Posted on October 24, 2019

Technological enablement, digitization, and automation are profoundly changing industries today. The technological revolution the world is witnessing today, especially in the area of infrastructure and Artificial Intelligence (AI), will lead to a full transformation across all sectors, including healthcare.

Over the past few years, the growth of modern technology in the global healthcare sector was phenomenal. Additionally, the digital health market is expected to exceed $200 billion by 2020, compared to $80 billion in 2015[1]. Qatar, naturally, is part of this global trend. The TASMU Smart Qatar program is now working on developing the first and second waves of smart solutions that address national challenges across the five priority sectors: transportation, logistics, healthcare, environment, and sport.

"Qatar is moving fast towards digitization and the advanced technological enablement to improve people's lives," said Reem Mohamed Al Mansoori, Assistant Undersecretary of Digital Society Development at the Ministry of Transport and Communications (MoTC). "Through TASMU, we seek to leverage the power of ITC to positively impact the life of Qatar's citizens and residents. Regarding healthcare, we seek to reduce obesity rates by 5% and smoking by 30% and improve timely access to medical attention. Achieving those objectives will have tangible good results for the national economy."

TASMU’s healthcare plan includes building an integrated, dynamic, and connected system to provide the highest standards of health services, ultimately reducing response times and the routine work of conventional healthcare. Here are some examples:

Comprehensive and integrated database

TASMU is working on building a unified database for Qatar's citizens and residents. Every patient will have a record showing details about them and their health, such as personal information, diseases, surgical operations, medication, treatment, diagnosis, laboratory test results, etc. The file can be accessed on the internet by the patient and by healthcare providers (with the patient's authorization). This will help review the medical history, update information at any time, and facilitate diagnosis. The patient will not need to manually transfer his medical file or explain his medical history to every new doctor.

The information in the database will not be limited to patients. Through an online platform, users can find information about doctors, their specializations, locations, working hours, the languages they speak, the method of payment, the insurance companies they deal with, the available appointments, etc. The platform also allows users to evaluate the service they receive and share their experiences for the benefit of others. It would also be possible to make appointments online. When this platform is linked to the unified database, the system can automatically suggest the best doctors for the case based on the patient's record.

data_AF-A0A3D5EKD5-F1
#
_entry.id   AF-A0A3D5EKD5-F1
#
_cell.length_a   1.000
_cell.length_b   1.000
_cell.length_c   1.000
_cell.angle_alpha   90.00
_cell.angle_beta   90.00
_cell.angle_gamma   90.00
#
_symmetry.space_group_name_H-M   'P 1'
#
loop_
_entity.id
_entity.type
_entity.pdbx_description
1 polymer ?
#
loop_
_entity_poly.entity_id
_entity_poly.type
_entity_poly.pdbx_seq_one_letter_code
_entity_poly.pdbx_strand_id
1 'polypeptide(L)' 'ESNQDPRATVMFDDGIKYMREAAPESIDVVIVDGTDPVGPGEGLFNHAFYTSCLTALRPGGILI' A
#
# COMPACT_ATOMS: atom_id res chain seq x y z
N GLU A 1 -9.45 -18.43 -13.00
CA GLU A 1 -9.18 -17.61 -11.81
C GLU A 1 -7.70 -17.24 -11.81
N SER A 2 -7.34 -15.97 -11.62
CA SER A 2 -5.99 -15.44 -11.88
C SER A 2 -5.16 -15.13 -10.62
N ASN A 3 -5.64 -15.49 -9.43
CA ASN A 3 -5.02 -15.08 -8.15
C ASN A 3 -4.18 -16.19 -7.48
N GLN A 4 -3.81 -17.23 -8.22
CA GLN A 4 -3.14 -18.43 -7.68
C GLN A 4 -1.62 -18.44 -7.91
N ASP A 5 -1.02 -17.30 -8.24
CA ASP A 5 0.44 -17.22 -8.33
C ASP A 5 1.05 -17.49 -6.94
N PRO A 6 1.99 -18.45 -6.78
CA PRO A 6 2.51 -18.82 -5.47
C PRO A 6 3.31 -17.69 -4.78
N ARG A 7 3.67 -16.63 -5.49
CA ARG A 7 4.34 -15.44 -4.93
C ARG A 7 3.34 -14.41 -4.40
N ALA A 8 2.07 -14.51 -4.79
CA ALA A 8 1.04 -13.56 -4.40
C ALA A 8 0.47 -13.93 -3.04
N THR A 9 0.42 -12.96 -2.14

The platform will facilitate the process of finding doctors, save time and effort, improve medical services, and raise patients' awareness of their rights and the level of service they should expect from health service providers.

Using the Internet of Things (IoT) and advanced technology in healthcare

It is obvious that the proportion and the quality of internet-based services are growing. It will also likely increase further with the deployment of 5G networks, given the huge capabilities of these networks, especially in the areas of AI, IoT, and internet streaming. A 2017 survey by McKinsey and Company on healthcare services in the United States showed that 70% of the 4,250 people who participated in the survey said they prefer digital solutions on their phone over in-person solutions for many healthcare interactions.[2]

In line with Qatar's huge investment in a digital economy and infrastructure, TASMU’s plan for a better healthcare in Qatar includes remote medical consultations through video conversations. This service will be linked to the unified database so that the patient's medical record will be available for the doctor during the conversation. The doctor in this case will be able to diagnose the patient, offer consultation, update the patient's record, and prescribe treatment. These virtual consultations should reduce the pressure on the healthcare sector in Qatar, especially at a time when the country is seeing increasing population growth.

The digitization of the healthcare sector in Qatar also includes the provision of digital tools for self-diagnosis. These tools can be connected to smart devices like mobiles and smart watches, helping patients diagnose their health problems by entering the symptoms they feel, biodata, and personal information, linking the self-diagnosis tools to the patient's unified record. Using AI, the computer will analyse all this data to determine the disease, and at the same time offer a list of relevant doctors, with the possibility of remote consultation. This means a patient can complete his medical journey, from diagnosis to treatment, without leaving his place.

Innovation in this area has no limit. It will be possible to add further smart solutions for a better healthcare. These could include sensors and tools to monitors a patient’s case remotely, especially after surgeries, allowing doctors to respond to any new developments in the case. The tools could also include reminders of the times and doses of medicines, times of regular visits to the doctor, dates of laboratory tests, and emergency help requests. When all these services are integrated with people's data and analysed by supercomputers, it will  be possible to study the health situation of the population as a whole, improve people's access to affordable and high-quality medical services, reduce the risk of chronic diseases, and, consequently, create a healthier society.

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